If you're running a laser clinic or medical spa you'll have some unhappy patients from time to time as well.. and very soon every one of your patients will have a Facebook page, Twitter stream, or personal blog that provides a public platform for them to voice their displeasure.
In fact, more than 85% of your potential clients who are looking for a medical spa or elective plastic surgery proceedure are doing research online. And it's not just kids. People between 35 and 60 are the fastest growing group online. If you're not the most prominant voice, you're loosing patients, revenue, and reputation.
There have been a number of medical spas and physicians who have literally gone out of business because they were unable to manage their reputation online when it was attacked. (Look at American Laser Clinics reputation.) Trying to 'fix it' with underhand tactics can make it worse.
And there's nothing you can do about it.
Here's a story on CNN
A former Florida high school student who was suspended by her principal after she set up a Facebook page to criticize her teacher is protected constitutionally under the First Amendment, a federal magistrate ruled.
U.S. Magistrate Barry Garber's ruling, in a case viewed as important by Internet watchers, denied the principal's motion to dismiss the case and allows a lawsuit by the student to move forward.
"We have constitutional values that will always need to be redefined due to changes in technology and society," said Ryan Calo, an attorney with Stanford Law School's Center for Internet and Society.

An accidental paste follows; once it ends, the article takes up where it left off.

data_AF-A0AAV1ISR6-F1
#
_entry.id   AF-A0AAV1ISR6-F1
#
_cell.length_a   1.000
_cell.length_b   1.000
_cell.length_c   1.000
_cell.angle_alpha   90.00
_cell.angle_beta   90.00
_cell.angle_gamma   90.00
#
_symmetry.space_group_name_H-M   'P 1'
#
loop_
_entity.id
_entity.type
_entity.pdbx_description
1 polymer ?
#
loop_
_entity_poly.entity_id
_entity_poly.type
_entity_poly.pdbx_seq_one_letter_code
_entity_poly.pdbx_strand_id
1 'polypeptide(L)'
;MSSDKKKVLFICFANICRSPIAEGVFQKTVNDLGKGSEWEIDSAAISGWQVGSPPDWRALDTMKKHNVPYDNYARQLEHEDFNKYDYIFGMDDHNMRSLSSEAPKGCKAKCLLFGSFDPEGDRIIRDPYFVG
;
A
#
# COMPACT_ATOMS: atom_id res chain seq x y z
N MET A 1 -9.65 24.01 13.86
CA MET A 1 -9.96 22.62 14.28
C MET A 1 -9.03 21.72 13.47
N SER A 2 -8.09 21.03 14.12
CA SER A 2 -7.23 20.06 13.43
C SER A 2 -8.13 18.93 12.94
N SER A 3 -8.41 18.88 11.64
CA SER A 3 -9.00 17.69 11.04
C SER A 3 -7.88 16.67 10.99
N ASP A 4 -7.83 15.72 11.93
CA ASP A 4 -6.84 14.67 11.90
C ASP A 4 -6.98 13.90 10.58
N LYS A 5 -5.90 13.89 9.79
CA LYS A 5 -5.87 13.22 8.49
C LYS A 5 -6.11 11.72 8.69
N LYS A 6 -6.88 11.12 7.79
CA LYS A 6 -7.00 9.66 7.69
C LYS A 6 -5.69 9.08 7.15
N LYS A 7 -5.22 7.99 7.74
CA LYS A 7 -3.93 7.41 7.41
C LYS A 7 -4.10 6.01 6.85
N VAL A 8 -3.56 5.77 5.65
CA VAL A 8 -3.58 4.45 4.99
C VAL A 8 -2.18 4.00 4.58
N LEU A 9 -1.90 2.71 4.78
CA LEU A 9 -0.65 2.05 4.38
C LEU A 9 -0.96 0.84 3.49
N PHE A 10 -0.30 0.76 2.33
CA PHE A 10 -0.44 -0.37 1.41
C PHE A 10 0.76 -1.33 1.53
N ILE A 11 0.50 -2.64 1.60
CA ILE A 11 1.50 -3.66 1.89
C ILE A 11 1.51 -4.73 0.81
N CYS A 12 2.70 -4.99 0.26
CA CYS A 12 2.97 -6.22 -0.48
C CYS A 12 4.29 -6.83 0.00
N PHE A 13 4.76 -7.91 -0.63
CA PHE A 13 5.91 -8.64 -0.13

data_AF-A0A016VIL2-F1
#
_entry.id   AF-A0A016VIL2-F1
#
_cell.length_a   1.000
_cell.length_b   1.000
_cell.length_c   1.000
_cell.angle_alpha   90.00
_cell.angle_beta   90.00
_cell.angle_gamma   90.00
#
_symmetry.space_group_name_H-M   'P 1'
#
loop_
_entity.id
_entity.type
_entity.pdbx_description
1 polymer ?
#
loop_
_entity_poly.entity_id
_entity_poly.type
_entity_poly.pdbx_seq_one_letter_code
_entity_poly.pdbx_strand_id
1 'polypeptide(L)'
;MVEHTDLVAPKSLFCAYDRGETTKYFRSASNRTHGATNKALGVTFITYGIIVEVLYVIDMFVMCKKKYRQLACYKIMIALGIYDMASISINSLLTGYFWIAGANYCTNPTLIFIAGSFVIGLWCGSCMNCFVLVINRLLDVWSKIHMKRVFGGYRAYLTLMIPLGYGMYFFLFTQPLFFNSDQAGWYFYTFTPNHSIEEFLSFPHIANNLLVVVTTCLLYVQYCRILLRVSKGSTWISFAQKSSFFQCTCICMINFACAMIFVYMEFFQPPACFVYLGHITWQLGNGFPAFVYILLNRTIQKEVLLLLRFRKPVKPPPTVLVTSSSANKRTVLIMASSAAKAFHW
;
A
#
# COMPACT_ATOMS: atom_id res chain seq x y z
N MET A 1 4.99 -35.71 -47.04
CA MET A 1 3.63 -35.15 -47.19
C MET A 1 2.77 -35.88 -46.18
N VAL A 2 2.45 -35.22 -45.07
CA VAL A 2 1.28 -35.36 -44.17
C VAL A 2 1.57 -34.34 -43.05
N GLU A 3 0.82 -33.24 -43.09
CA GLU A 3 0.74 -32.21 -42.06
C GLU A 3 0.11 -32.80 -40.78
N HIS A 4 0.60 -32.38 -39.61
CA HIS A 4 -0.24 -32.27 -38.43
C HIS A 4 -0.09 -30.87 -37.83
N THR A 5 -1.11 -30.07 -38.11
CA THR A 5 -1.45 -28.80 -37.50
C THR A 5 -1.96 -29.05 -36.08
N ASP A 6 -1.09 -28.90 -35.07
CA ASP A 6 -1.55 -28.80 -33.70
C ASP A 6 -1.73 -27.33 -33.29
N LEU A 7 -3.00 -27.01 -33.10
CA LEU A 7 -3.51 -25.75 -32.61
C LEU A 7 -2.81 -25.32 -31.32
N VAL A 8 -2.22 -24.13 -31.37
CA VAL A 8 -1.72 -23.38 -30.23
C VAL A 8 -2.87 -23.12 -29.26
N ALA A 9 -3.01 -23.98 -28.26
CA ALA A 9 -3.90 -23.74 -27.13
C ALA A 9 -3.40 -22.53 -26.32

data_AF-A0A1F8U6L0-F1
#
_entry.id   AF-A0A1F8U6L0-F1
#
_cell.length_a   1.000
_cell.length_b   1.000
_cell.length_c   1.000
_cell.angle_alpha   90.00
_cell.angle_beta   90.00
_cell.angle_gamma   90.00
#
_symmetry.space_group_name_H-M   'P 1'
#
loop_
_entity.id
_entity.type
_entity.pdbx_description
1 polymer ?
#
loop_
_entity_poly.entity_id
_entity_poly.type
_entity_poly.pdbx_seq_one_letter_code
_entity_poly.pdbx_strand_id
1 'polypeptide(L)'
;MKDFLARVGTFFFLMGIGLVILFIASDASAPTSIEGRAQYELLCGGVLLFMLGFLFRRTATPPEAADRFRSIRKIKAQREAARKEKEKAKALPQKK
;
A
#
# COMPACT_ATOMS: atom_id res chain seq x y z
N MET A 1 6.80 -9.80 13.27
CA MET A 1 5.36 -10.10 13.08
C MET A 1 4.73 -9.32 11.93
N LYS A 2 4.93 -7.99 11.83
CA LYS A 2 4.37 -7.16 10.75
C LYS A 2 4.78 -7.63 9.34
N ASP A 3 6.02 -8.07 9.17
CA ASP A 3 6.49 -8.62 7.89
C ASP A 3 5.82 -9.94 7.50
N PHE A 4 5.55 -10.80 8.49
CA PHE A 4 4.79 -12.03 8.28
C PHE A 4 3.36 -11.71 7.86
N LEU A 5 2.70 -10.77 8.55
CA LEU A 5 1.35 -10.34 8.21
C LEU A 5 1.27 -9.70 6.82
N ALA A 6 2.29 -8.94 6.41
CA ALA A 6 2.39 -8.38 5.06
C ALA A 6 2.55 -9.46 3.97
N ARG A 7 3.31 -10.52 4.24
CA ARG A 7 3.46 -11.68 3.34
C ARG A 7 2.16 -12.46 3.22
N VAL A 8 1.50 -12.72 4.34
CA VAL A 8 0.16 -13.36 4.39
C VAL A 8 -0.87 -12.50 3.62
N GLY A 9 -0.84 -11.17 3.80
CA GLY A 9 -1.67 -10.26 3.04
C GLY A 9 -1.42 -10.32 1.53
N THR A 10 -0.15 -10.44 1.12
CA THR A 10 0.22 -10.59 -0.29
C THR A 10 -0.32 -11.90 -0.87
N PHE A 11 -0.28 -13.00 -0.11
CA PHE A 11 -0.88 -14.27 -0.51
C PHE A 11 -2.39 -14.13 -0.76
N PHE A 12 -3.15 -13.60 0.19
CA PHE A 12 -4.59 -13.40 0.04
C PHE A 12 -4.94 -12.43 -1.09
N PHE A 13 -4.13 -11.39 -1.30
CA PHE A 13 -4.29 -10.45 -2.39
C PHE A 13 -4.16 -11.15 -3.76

"The fact that students communicate on a semi-public platform creates new constitutional issues and the courts are sorting them out," Calo said.
Katherine Evans, now 19 and attending college, was suspended in 2007 from Pembroke Pines Charter High School after she used her home computer to create a Facebook page titled, "Ms. Sarah Phelps is the worst teacher I've ever met."
In his order, Garber found that the student had a constitutional right to express her views on the social networking site.
"Evans' speech falls under the wide umbrella of protected speech," he wrote. "It was an opinion of a student about a teacher, that was published off-campus ... was not lewd, vulgar, threatening, or advocating illegal or dangerous behavior."
Matthew Bavaro, an attorney with the American Civil Liberties Union who is representing Evans, was pleased with the ruling.
"The First Amendment provides protection for free speech regardless of the forum, being the Internet, the living room or a restaurant," he told CNN.
So, while there's nothing you can do to prevent an unhappy patient from broadcasting their displeasure, there is a way to keep that unhappyness from being the first thing that comes up when someone searches on your name or the name of your medical spa or clinic. That's to be the dominant 'voice' that's heard when someone is looking for information about you, your practice, or your services.
So what can you do to protect your personal and medical reputation?
In effect, you need to have a bigger microphone. That means that means that you're going to need to do some heavy lifting online to make absolutely sure that when someone is searching for information on your medical spa, dermatology practice, or plastic surgery clinic, the information that they find is about your practice, not negative comments from disgruntled patients.
And since this is such a problem for every medical practice and physician, we've been looking to help address this need. We're about to launch two new Medical Spa MD Select Partners to help.
The first, Freelance MD, is a creative agency specializing in marketing and advertising outsource services for medical spas and plastic surgeons.